Aurora Floyd, by Mary Elizabeth Braddon

Chapter 36

Reunion.

“We are on the verge of a precipice,” Talbot Bulstrode thought, as he prepared for dinner in the comfortable dressing-room allotted to him at Mellish —“we are on the verge of a precipice, and nothing but a bold grapple with the worst can save us. Any reticence, any attempt at keeping back suspicious facts, or hushing up awkward coincidences, would be fatal to us. If John had made away with this pistol with which the deed was done, he would have inevitably fixed a most fearful suspicion upon his wife. Thank God I came here to-day! We must look matters straight in the face, and our first step must be to secure Aurora’s help. So long as she is silent as to her share in the events of that day and night, there is a link missing in the chain, and we are all at sea. John must speak to her to-night; or perhaps it will be better for me to speak.”

Mr. Bulstrode went down to the drawing-room, where he found his friend pacing up and down, solitary and wretched.

“The ladies are going to dine up stairs,” said Mr. Mellish, as Talbot joined him. “I have just had a message to say so. Why does she avoid me, Talbot? Why does my wife avoid me like this? We have scarcely spoken to each other for days.”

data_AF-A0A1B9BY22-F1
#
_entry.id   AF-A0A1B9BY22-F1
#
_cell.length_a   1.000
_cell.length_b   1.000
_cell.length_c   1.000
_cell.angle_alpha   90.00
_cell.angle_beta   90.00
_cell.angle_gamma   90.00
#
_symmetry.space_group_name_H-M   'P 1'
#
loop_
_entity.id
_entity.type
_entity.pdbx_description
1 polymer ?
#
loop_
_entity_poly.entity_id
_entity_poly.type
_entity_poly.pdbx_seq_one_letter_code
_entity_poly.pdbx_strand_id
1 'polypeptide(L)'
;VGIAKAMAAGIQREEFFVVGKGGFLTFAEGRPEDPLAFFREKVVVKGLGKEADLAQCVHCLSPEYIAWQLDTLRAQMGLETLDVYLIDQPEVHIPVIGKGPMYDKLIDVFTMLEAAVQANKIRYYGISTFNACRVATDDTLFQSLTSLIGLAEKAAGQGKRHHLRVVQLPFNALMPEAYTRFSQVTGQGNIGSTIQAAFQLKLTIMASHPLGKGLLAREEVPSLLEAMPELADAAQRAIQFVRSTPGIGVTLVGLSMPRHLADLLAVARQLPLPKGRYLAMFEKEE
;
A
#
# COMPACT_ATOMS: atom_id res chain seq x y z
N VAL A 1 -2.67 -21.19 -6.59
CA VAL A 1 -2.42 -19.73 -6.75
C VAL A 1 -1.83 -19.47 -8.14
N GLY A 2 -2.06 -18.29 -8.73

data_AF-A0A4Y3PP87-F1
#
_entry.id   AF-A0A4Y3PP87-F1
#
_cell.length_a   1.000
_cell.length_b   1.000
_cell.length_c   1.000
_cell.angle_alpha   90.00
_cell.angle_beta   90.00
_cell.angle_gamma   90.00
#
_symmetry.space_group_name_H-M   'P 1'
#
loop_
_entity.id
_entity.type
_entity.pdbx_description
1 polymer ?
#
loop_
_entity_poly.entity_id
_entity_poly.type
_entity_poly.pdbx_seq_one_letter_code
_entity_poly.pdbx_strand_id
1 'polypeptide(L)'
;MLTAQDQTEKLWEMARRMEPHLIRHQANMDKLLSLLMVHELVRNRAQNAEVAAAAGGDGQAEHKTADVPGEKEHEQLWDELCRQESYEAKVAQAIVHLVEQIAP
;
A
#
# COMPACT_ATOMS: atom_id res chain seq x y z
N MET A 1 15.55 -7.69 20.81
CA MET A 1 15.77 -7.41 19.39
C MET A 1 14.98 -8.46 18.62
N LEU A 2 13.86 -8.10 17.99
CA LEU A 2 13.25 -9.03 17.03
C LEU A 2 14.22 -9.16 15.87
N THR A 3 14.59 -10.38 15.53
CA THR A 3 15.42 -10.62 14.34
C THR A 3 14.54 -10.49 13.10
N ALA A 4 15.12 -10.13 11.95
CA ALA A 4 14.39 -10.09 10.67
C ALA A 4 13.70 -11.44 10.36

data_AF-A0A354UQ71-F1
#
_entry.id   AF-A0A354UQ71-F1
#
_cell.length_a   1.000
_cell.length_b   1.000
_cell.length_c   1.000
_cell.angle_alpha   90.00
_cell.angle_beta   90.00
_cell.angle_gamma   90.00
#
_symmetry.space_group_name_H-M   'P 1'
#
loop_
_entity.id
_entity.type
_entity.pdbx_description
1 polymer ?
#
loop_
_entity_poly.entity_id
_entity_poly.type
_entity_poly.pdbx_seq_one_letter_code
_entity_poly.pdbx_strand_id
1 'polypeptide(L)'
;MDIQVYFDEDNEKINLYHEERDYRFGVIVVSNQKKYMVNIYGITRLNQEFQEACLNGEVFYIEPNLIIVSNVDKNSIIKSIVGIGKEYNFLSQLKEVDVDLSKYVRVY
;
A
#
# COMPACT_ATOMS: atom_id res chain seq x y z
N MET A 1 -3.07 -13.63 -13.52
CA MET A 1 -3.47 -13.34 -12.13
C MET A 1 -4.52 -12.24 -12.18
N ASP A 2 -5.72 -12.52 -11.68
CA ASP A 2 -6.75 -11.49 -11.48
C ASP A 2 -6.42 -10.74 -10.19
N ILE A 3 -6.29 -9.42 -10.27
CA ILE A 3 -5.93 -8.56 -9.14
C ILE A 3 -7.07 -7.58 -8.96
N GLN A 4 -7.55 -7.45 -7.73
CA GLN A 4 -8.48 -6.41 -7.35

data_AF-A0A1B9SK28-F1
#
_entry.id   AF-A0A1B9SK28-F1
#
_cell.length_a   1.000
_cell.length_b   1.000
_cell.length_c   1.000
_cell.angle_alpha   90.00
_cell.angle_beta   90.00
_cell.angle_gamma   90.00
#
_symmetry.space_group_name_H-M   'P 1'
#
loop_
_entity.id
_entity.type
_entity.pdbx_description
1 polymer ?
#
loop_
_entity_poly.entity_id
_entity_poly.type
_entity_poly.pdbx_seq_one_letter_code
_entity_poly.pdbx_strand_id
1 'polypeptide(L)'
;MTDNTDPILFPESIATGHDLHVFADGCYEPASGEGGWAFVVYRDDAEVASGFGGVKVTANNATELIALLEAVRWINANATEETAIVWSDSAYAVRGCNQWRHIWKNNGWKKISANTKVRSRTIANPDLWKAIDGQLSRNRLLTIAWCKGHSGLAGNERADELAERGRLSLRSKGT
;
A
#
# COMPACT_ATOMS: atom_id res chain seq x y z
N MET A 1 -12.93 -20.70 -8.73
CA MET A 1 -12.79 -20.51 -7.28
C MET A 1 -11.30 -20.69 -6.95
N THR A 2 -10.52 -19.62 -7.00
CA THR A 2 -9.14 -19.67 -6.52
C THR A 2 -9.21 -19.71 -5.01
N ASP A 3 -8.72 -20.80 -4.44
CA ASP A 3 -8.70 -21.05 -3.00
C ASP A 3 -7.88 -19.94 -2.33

“Shall I tell you why, you foolish John?” answered Mr. Bulstrode. “Your wife avoids you because you have chosen to alienate yourself from her, and because she thinks, poor girl, that she has lost your affection. She fancies that the discovery of her first marriage has caused a revulsion of feeling, and that you no longer love her.”

“No longer love her!” cried John. “O my God! she ought to know that, if I could give my life for her fifty times over, I would do it, to save her one pang. I would do it, so help me Heaven, though she was the guiltiest wretch that had ever crawled the earth!”

“But no one asks you to do anything of the kind,” said Mr. Bulstrode. “You are only requested to be reasonable and patient, to put a proper trust in Providence, and to be guided by people who are rather less impetuous than your ungovernable self.”

“I will do what you like, Talbot; I will do what you like.”

Mr. Mellish pressed his friend’s hand. Had he ever thought, when he had seen Talbot an accepted lover at Felden, and had hated him with a savage and wild Indian-like fury, that he would come to be thus humbly grateful to him — thus pitifully dependent upon his superior wisdom? He wrung the young politician’s hand, and promised to be as submissive as a child beneath his guidance.

In compliance, therefore, with Talbot’s command, he ate a few morsels of fish, and drank a couple of glasses of sherry; and, having thus gone through a show of dining, he went with Mr. Bulstrode to seek Aurora.